By Meryl Grace Agudelo
We left the city at breaking dawn on-board Annika Gayle. Our one hour travel was filled with mixed emotions of excitement and apprehension. We all have stories and perception about Basilan—most of which we’ve heard from friends, validated or unvalidated, over time these stories found its way to make us constantly fearful of exploring the place. I insisted to stay at the upper deck of the boat, even if it means standing all throughout the trip, so that I can have a better view of the surrounding islands.
The fishermen line themselves up early morning, sitting through the waves and tides, hoping to have a good catch.
Basilan is a melting pot of ethnic groups such as Yakan, Badjao and Tausug. As we approach the port of Isabela City, we passed by this small water village of Badjaos. At that moment, I feel like entering a whole new dimension with immense simplicity. A quiet morning with a view of people doing their regular routine—I appreciate its stillness.
There are many foods to choose from in their market, a long stretch of various fishes, native goodies and the like but we were just too lazy to carry some and ‘cook’. Quick trivia, in this part of the country hindi uso ang weighing scale, because they don’t sell fish by kilo, they sell them by stack. Abundance is the term, they don’t really mind losing a gram or two because they can readily get a supply whenever they want. We reached Isbela at about 7:30 in the morning, from the port we went straight to this happy place called Jollibee, the sole branch in the area and grab some chicken joy! Classic!
I know two ways of reaching the white sand resort in Malamawi. First and the easiest way, rent a water vessel. There are several bankas available in the port which you can hire for Php 1,000, they will bring you to and from the resort. Second is the conventional way of reaching the resort (the route we took), from the port of Isabela you can take a banka that will bring you to Malamawi, how much? Php 5.00. Its cheap because it follows the jeepney principle, anim sa kanan at anim sa kabila (six on the left and six on the right). We patiently waited for the banka to get enough passengers.
On extreme circumstances, you may try this.
As we reach Malamawi, we hired Habal Habal for Php 25 per head, each motorcycle can accommodate two people or maximum of three. It will take you about 20 minutes to reach the white sand resort. The road going there is mostly cement, so you don’t have to worry so much about the ache of traveling on unpaved roads.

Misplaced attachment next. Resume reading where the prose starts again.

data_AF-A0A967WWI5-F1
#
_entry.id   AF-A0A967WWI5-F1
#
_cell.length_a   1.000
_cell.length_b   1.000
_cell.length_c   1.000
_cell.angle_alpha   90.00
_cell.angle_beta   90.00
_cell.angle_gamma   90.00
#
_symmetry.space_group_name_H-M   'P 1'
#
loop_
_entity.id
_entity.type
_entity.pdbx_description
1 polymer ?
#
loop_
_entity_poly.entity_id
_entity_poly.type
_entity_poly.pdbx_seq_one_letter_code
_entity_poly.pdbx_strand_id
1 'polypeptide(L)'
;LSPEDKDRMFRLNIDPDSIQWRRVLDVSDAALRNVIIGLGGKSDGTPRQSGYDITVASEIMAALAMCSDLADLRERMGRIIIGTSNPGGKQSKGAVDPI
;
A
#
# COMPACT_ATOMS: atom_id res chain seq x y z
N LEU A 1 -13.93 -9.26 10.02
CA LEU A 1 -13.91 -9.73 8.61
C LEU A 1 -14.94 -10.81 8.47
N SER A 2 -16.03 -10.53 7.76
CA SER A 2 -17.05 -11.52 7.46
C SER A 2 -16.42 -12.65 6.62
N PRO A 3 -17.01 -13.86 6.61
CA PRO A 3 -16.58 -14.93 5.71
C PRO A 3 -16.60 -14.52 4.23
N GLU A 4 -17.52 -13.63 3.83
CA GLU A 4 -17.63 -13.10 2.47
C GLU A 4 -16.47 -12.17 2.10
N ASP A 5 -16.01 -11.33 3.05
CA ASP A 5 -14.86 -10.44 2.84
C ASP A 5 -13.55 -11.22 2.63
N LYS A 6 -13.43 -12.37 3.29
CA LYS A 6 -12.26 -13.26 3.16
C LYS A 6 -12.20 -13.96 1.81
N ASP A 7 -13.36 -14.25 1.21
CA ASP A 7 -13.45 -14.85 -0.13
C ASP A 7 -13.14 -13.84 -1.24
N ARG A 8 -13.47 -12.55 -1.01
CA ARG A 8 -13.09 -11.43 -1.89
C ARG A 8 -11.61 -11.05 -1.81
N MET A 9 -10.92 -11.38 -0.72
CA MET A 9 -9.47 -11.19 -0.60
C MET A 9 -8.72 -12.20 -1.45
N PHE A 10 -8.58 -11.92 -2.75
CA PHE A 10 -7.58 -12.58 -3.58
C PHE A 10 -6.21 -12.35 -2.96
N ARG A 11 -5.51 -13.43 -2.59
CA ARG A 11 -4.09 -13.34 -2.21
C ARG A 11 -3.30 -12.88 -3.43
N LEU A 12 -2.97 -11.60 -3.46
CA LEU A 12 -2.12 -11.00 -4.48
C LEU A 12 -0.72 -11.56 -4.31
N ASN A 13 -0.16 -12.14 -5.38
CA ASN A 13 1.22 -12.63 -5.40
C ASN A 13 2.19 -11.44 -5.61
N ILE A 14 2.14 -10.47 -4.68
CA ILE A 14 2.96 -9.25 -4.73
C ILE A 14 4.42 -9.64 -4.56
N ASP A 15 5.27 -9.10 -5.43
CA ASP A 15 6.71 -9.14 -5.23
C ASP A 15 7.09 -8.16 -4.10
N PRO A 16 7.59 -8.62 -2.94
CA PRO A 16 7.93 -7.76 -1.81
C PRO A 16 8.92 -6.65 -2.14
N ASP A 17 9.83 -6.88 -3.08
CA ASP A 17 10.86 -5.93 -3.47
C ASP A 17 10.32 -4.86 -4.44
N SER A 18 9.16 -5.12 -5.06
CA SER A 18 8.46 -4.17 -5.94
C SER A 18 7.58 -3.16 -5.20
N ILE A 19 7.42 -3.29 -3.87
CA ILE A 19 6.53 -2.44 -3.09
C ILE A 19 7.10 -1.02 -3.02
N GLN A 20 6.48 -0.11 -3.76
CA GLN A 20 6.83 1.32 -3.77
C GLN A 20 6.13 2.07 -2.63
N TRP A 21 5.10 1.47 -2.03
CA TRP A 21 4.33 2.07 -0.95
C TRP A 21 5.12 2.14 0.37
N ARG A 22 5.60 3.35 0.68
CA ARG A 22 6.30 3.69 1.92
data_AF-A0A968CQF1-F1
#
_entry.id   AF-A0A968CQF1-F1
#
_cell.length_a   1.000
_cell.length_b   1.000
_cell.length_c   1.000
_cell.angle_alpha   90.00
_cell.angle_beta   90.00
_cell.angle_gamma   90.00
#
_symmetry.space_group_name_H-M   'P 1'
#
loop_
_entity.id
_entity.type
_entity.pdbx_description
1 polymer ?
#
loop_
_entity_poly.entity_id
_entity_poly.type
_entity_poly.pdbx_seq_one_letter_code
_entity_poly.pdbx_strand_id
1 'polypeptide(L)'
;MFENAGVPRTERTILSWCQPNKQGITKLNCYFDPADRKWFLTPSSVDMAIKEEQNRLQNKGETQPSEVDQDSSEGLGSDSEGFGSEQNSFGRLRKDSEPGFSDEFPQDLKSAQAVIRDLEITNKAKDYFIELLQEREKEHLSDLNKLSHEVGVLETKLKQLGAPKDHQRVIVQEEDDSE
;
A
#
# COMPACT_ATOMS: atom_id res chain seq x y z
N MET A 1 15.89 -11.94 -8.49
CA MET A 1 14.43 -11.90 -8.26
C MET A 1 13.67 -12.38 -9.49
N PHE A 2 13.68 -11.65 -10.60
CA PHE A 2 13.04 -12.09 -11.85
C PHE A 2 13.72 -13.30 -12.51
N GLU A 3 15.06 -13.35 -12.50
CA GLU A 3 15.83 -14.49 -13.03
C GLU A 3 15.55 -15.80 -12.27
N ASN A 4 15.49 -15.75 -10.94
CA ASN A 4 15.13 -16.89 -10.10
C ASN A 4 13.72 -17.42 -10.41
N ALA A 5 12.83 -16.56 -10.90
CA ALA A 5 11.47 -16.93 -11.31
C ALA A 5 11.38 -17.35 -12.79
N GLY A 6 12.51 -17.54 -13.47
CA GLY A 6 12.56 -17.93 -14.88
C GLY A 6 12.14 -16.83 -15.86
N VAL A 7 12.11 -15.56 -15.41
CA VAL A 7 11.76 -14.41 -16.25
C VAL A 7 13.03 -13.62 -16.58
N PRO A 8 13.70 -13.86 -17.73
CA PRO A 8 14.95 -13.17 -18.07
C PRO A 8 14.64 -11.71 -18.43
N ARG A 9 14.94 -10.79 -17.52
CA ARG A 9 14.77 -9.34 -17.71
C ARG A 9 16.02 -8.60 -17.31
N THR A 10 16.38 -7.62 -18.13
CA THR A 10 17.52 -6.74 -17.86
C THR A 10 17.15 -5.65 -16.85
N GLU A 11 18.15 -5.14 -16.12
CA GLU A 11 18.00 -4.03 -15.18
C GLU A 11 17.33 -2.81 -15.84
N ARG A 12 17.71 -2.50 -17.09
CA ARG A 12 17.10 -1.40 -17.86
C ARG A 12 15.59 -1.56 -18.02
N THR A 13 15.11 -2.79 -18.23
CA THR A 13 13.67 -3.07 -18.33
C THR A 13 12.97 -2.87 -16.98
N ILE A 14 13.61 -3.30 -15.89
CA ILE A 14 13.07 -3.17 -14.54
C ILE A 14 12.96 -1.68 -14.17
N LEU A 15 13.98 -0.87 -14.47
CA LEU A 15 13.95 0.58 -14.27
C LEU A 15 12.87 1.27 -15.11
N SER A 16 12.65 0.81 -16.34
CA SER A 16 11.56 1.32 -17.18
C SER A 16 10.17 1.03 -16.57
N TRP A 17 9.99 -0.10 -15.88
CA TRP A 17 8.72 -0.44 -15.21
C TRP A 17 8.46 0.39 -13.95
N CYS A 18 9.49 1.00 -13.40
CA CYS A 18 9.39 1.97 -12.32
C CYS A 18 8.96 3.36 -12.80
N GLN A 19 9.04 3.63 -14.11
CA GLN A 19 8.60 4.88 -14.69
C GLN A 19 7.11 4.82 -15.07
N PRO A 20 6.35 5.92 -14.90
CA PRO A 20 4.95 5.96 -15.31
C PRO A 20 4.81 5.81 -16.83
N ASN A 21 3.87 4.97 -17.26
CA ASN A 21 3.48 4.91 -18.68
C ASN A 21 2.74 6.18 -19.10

After all is said and done, we reached our destination—naturally we were in awe when we saw this.
I spoiled my eyes with hues beautifully placed together—‘the smell of the air, the open sky and the ever-inviting sea made room for everything in my life.’ Yes, mapapaemote ka sa ganda!
While we were in the resort I took a short walk alone on the shoreline. I noticed this local who was fishing since we arrived, from afar I thought it was his fishing paraphernalia tied around his waist, but as I came closer I realized that they were fishes neatly tied next to each other. Living simply.
I politely asked Kuya if I can take photos of him and his catch, and he readily said yes. I ended the conversation telling him ‘sobrang ganda ng lugar niyo, Kuya. Salamat po sa picture.’ (You’re place is so beautiful. Thank you for the picture).
We spent the whole day in the island and I couldn’t care any less about the stories I have heard before this trip. I look at the sea and the sky and the serenity surrounding me, I am thankful that I went on as planned. Many of us believe that we live in one of the most beautiful countries in the world and indeed we are. I have seen it right before my eyes.
When we tried posting a photo of Malamawi online, people appreciated it so much. Others were so thankful for allowing them to have a glimpse of its seascape. But there are also some of us who started bashing the island, telling us that we are lucky to come out alive and congratulating us for being too brave and fearless. If you truly believe that we are a country filled with immense natural beauty then the least we can do is to refrain from destroying its reputation. Remember that even the slightest ill phrase you tell about the island in the Philippines is tantamount to speaking ill to the entire nation where it belongs.
I understand where your fears are coming from, but I think we should draw the line between cautioning and disparaging Malamawi or Basilan as whole to people. It is part of the Philippines as much as any other islands in the archipelago, we ought to give the respect and appreciation it deserves.
Before we went to Basilan, we did a little research about the island through pages available online. I can’t help but notice how the people who have been to the island label their albums ‘don’t tell my mom I went to Malamawi’ or ‘Don’t tell my Parents I’ve spent a day in Basilan’, I on the other hand will tell my family that I have been to Malamawi and I will describe to them every spec of its beauty.